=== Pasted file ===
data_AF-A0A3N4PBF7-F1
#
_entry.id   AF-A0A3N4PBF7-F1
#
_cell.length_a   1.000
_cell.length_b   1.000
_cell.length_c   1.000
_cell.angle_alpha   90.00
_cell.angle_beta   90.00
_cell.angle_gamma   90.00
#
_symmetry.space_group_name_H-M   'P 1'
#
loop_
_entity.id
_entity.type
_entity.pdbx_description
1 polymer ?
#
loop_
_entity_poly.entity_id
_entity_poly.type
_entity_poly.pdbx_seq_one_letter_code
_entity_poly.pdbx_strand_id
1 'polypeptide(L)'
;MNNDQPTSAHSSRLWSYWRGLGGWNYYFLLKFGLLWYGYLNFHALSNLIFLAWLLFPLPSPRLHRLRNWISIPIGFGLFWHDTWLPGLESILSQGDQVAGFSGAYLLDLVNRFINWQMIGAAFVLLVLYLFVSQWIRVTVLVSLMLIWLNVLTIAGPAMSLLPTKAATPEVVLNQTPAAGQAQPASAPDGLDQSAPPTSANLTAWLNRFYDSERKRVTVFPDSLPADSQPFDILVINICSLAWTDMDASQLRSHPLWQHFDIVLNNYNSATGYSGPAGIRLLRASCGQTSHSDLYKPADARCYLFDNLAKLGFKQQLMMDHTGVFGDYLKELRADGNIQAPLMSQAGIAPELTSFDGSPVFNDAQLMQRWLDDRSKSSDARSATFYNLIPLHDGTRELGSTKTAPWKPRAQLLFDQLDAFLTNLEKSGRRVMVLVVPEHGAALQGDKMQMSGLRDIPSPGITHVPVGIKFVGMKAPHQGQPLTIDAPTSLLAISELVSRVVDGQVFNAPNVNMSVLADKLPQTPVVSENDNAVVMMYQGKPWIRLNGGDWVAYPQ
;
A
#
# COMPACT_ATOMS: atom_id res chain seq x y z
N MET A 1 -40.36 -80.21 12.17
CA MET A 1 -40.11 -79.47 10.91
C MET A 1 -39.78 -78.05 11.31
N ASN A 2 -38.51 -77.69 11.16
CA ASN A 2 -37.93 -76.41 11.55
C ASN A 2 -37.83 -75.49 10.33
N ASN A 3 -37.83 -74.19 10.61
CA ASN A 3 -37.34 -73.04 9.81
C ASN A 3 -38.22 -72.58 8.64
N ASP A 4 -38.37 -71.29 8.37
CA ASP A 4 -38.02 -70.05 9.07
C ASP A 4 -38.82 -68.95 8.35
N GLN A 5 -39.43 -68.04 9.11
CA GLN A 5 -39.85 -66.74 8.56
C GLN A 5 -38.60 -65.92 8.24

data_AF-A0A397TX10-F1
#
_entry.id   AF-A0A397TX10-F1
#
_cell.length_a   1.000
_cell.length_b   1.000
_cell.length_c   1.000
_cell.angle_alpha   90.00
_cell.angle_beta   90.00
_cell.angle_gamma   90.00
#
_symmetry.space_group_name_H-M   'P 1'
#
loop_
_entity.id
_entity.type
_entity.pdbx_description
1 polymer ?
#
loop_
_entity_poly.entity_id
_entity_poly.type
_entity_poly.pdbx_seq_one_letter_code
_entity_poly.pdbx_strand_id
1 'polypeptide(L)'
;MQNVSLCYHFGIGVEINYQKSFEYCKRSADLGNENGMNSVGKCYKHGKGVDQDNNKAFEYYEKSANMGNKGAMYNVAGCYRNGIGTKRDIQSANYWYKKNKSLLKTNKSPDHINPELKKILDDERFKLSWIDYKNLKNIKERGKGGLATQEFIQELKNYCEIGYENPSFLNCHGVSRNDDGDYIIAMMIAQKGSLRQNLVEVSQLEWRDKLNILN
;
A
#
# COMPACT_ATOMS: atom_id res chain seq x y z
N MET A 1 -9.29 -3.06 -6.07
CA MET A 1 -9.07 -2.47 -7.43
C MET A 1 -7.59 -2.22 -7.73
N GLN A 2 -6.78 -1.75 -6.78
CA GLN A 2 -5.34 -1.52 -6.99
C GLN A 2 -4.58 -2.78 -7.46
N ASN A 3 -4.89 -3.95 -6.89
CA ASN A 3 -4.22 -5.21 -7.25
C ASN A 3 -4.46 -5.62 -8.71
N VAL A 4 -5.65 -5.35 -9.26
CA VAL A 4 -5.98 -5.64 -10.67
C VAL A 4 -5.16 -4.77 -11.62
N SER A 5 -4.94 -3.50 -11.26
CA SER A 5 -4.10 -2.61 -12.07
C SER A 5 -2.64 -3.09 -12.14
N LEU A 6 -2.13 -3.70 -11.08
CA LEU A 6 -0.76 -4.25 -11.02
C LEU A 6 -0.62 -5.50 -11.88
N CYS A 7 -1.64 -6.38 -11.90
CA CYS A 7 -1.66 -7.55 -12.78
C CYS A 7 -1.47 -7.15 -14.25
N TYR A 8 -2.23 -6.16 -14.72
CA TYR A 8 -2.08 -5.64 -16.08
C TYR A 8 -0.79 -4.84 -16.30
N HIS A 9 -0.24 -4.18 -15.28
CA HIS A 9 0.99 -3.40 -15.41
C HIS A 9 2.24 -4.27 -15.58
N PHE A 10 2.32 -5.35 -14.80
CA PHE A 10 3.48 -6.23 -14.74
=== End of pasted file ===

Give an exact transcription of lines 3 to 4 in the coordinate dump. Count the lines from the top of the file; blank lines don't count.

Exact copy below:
_entry.id   AF-A0A3N4PBF7-F1
#